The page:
you saw as you were up there. It's really rugged terrain. You know, it's it's got you know, lots of rock outcroppings and little mini canyons and ravines and yeah, and there's a there are a lot of species that love it there.
Yeah, there's and there's so many different kinds of microhabitats I feel like because you've got all these different aspects. And you've got shady places behind rocks, and you've got different kinds of trees. And so even though there's not that much water, you think of it as being a little bit more harsh of an environment. There's still so many little micro habitats.
Absolutely. And there are the rock that you saw up there, you know, it's really variated in its surface, and it catches water. So you know, at certain times of the year, you know, snow will melt in there and there will be a little bit of water. But yeah, it does provide a you know, lots of nooks and crannies and niches for creatures. So there are there's a species of bat that Townsend figured that that is pretty rare. It exists in other places, but it does well on the mesa. And there are lots of lizards, especially the western fence lizard. There are lots of those up on the Mason we also know people have seen bobcats and mountain lions, and there are deer up there we saw a lot of deer scat today, I didn't see any actual deer but so it's a very vibrant place. You know, one thing about the desert is it doesn't have the density of life that you would find like you know, on an eastern seaboard ecosystem, like in a forest or something. It's you know, it's a harsh environment, as you mentioned before, but that doesn't mean that it's any less alive. There are lots of plants and animals that rely on the mesa, you know, it's their home.
Let's talk about deserts. Okay, so what exactly is a desert National Geographic Society says that most experts agree that a desert is an area of land that receives no more than 10 inches of precipitation a year. The amount of evaporation in the desert often greatly exceeds the annual rainfall. It also points out that we often think of these big sand dunes when we think of deserts, but that's only representing about 10% of the world's deserts. So some are dry expanses of rock, sand or salt flats. There's also tons of mountain areas that are also deserts. We have four deserts here in North America, Great Basin, Mojave, Chihuahuan, and Sonoran. And according to desert museum.org, all but the Sonoran have cold winters often including snowfall, and the reason why conglomerate Mesa and Death Valley right beside it are desert is because of something called the rain shadow effect. You might already be familiar with this, but if you're not, here's a little explanation for you. According to that same National Geographic page RainShadow deserts exist near the leeward or opposite of the wind facing slopes of some mountain ranges. So when moisture laden air hits a mountain range, it is forced to rise the air then cools and forms clouds that drop moisture on the windward slopes. So when the air moves over the mountaintop and begins to descend to the leeward slopes, there's little moisture left, the descending air warms up making it difficult for clouds to form. So basically, when that wet air comes across the Sierra Nevada as it drops all the water on the western side of the mountain range, and by the time it gets to the eastern side, there's not a whole lot of water left in that air. But as Wendy points out even though there's not a lot of water, there is still a lot of life. Right? And right now just looking out, it's It's low. And it's not like looking into a forest right or like you talked about somewhere in the east on the east coast where there's all of this precipitation, but like, there is life everywhere I look absolutely are these sage was yes, like, okay,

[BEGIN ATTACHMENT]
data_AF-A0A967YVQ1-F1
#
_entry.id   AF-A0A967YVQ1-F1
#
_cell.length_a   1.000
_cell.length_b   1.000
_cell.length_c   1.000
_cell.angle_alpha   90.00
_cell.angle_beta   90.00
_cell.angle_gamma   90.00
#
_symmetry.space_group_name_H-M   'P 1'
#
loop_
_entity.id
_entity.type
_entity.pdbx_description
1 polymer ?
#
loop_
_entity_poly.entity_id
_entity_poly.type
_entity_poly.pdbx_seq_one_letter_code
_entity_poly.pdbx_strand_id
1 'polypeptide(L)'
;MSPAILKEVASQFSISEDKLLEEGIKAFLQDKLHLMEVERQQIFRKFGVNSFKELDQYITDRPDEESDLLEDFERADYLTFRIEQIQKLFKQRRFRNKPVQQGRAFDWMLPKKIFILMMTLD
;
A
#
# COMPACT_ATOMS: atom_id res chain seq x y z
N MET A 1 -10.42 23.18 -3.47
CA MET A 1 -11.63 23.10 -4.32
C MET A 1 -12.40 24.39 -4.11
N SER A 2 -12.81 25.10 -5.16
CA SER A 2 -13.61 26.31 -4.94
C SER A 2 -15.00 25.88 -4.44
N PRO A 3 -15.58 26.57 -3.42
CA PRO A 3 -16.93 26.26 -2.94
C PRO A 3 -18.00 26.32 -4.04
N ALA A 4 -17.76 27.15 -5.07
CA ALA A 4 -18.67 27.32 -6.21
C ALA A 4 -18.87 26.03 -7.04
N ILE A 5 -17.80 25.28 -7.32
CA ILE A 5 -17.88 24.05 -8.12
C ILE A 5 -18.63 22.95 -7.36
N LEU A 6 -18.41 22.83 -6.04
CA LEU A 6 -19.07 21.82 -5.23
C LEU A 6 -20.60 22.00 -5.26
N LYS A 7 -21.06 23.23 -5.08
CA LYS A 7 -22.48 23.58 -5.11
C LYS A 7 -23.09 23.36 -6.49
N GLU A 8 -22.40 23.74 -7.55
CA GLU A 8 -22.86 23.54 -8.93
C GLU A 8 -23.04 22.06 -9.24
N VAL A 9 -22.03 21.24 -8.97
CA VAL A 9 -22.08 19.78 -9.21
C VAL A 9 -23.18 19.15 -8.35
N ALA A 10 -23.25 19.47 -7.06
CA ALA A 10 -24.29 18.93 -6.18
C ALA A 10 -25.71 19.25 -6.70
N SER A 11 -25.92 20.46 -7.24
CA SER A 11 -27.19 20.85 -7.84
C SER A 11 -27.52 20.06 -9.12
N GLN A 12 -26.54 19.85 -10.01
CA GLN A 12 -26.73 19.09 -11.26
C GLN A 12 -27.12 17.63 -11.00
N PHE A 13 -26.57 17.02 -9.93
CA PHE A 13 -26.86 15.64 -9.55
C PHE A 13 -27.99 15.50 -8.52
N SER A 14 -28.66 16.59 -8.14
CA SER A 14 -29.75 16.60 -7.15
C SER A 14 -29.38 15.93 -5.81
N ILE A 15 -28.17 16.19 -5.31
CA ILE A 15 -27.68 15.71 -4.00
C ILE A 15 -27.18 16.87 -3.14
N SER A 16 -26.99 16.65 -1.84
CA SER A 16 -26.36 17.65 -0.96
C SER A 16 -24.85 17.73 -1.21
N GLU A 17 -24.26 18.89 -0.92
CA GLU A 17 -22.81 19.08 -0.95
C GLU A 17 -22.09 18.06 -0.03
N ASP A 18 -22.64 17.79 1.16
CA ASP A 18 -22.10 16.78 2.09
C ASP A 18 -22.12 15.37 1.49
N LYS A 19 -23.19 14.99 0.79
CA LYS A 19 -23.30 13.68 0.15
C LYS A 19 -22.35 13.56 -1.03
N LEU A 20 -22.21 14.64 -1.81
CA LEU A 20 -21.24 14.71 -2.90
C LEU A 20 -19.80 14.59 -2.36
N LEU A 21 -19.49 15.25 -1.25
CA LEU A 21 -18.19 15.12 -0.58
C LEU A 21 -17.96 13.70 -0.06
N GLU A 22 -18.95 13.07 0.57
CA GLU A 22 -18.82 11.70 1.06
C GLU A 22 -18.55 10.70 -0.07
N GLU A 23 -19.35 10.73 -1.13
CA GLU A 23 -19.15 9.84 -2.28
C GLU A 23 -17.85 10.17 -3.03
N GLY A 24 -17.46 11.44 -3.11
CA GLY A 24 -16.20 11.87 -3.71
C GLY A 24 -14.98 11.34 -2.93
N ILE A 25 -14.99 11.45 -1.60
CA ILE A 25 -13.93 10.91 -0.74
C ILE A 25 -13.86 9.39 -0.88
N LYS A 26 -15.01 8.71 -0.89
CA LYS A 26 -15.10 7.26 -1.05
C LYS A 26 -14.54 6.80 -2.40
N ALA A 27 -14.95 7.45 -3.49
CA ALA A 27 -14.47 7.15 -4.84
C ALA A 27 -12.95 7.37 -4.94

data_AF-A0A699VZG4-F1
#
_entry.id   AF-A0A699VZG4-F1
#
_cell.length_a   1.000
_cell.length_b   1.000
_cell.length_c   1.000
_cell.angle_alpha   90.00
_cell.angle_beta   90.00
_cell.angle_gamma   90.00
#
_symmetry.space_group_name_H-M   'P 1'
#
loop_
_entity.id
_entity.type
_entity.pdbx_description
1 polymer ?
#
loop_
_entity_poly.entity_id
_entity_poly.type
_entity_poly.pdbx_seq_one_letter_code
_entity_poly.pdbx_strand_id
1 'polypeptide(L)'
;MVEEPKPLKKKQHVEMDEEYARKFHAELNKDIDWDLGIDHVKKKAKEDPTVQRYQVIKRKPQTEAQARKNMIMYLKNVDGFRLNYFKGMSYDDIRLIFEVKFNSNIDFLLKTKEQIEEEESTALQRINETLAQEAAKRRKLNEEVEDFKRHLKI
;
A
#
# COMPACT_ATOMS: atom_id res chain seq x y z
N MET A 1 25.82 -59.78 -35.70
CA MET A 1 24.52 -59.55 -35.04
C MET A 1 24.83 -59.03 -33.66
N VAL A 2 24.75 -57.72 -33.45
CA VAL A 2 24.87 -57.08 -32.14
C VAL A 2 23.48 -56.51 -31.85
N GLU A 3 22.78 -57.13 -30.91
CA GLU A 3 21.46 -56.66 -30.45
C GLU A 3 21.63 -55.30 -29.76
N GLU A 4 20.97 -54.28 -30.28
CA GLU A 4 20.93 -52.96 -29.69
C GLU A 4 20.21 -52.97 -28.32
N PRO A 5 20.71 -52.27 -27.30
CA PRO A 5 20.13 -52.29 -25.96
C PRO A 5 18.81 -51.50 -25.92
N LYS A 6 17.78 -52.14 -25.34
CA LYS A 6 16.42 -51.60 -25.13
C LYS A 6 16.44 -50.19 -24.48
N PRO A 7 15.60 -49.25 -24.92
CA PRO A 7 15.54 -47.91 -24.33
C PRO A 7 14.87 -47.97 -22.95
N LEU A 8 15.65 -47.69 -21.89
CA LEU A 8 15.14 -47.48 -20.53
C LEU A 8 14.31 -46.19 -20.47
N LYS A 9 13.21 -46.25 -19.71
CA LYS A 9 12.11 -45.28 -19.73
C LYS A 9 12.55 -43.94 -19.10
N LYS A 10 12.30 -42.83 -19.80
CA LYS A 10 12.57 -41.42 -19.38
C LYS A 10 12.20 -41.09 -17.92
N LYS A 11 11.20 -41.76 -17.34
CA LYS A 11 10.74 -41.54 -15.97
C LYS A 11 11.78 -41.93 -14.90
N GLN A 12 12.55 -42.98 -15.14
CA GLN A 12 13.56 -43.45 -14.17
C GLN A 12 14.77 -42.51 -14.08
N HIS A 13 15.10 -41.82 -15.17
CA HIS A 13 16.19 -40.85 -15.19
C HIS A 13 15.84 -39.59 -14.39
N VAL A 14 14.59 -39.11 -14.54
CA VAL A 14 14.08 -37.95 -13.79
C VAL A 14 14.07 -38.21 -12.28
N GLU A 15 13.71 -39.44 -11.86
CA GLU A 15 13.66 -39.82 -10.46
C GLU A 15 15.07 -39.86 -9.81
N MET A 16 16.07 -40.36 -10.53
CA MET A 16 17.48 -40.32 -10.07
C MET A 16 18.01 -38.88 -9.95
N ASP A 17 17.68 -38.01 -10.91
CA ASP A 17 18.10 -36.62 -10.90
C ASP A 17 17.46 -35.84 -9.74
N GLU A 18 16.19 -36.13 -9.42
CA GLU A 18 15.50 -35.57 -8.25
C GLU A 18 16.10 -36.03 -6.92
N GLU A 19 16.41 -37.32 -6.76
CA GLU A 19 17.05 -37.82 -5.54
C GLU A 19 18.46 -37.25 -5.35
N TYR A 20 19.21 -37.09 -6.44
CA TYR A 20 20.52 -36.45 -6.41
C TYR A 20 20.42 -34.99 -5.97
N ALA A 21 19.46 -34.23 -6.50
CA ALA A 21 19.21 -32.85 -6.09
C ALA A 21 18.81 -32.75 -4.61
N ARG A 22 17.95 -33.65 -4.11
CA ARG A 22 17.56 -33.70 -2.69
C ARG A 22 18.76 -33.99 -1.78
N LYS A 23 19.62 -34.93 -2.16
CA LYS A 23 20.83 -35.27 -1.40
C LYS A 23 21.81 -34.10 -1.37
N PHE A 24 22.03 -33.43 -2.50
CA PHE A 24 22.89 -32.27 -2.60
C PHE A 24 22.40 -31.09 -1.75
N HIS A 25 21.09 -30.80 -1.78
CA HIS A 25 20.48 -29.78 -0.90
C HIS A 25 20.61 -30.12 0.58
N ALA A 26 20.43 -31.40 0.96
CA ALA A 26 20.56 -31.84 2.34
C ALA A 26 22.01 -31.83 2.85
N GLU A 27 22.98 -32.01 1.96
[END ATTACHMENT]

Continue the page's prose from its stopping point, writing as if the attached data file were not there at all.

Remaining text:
And yeah, you see they're everywhere. Tons of them. Yeah, they cover
the ground. And just because they're not big and green, and leafy doesn't mean they're any less alive. They are adapted to this climate.
Yeah, and even in a drought, they're hanging in there. Yeah, just yeah, they're gonna,
they will, they'll weather this. They're used to it.
So what kind of recreation? Are people out here? A lot, kind of? What do people do out here?